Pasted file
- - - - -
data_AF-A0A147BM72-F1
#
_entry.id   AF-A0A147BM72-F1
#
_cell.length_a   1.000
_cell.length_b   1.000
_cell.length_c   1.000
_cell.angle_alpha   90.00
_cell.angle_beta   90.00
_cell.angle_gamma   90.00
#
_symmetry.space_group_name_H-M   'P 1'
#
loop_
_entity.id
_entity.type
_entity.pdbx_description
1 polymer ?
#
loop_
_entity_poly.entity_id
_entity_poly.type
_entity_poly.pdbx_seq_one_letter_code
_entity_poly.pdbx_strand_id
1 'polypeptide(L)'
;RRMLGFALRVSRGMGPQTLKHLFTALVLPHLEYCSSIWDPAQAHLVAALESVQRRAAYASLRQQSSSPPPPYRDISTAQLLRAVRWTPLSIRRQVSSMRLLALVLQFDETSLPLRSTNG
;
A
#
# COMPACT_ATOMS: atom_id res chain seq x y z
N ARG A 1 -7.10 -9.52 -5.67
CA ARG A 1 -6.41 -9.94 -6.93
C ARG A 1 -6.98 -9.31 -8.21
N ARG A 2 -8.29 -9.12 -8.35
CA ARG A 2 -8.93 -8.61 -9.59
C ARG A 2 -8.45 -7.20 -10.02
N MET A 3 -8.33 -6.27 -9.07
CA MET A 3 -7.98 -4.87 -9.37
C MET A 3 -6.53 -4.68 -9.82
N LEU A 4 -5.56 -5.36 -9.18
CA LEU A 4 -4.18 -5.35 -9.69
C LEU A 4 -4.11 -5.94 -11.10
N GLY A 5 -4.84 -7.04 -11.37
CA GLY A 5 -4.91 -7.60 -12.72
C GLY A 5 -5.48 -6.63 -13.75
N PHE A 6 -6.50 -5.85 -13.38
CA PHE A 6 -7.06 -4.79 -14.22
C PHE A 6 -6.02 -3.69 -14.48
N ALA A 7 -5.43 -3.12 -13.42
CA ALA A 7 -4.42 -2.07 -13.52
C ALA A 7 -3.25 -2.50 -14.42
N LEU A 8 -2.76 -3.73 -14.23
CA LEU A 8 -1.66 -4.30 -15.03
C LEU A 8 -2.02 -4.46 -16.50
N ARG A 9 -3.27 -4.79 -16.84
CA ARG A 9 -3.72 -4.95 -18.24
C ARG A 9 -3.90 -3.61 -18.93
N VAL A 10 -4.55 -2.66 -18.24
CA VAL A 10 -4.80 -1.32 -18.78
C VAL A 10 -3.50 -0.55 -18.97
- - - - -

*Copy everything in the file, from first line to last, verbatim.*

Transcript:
data_AF-A0A147BM72-F1
#
_entry.id   AF-A0A147BM72-F1
#
_cell.length_a   1.000
_cell.length_b   1.000
_cell.length_c   1.000
_cell.angle_alpha   90.00
_cell.angle_beta   90.00
_cell.angle_gamma   90.00
#
_symmetry.space_group_name_H-M   'P 1'
#
loop_
_entity.id
_entity.type
_entity.pdbx_description
1 polymer ?
#
loop_
_entity_poly.entity_id
_entity_poly.type
_entity_poly.pdbx_seq_one_letter_code
_entity_poly.pdbx_strand_id
1 'polypeptide(L)'
;RRMLGFALRVSRGMGPQTLKHLFTALVLPHLEYCSSIWDPAQAHLVAALESVQRRAAYASLRQQSSSPPPPYRDISTAQLLRAVRWTPLSIRRQVSSMRLLALVLQFDETSLPLRSTNG
;
A
#
# COMPACT_ATOMS: atom_id res chain seq x y z
N ARG A 1 -7.10 -9.52 -5.67
CA ARG A 1 -6.41 -9.94 -6.93
C ARG A 1 -6.98 -9.31 -8.21
N ARG A 2 -8.29 -9.12 -8.35
CA ARG A 2 -8.93 -8.61 -9.59
C ARG A 2 -8.45 -7.20 -10.02
N MET A 3 -8.33 -6.27 -9.07
CA MET A 3 -7.98 -4.87 -9.37
C MET A 3 -6.53 -4.68 -9.82
N LEU A 4 -5.56 -5.36 -9.18
CA LEU A 4 -4.18 -5.35 -9.69
C LEU A 4 -4.11 -5.94 -11.10
N GLY A 5 -4.84 -7.04 -11.37
CA GLY A 5 -4.91 -7.60 -12.72
C GLY A 5 -5.48 -6.63 -13.75
N PHE A 6 -6.50 -5.85 -13.38
CA PHE A 6 -7.06 -4.79 -14.22
C PHE A 6 -6.02 -3.69 -14.48
N ALA A 7 -5.43 -3.12 -13.42
CA ALA A 7 -4.42 -2.07 -13.52
C ALA A 7 -3.25 -2.50 -14.42
N LEU A 8 -2.76 -3.73 -14.23
CA LEU A 8 -1.66 -4.30 -15.03
C LEU A 8 -2.02 -4.46 -16.50
N ARG A 9 -3.27 -4.79 -16.84
CA ARG A 9 -3.72 -4.95 -18.24
C ARG A 9 -3.90 -3.61 -18.93
N VAL A 10 -4.55 -2.66 -18.24
CA VAL A 10 -4.80 -1.32 -18.78
C VAL A 10 -3.50 -0.55 -18.97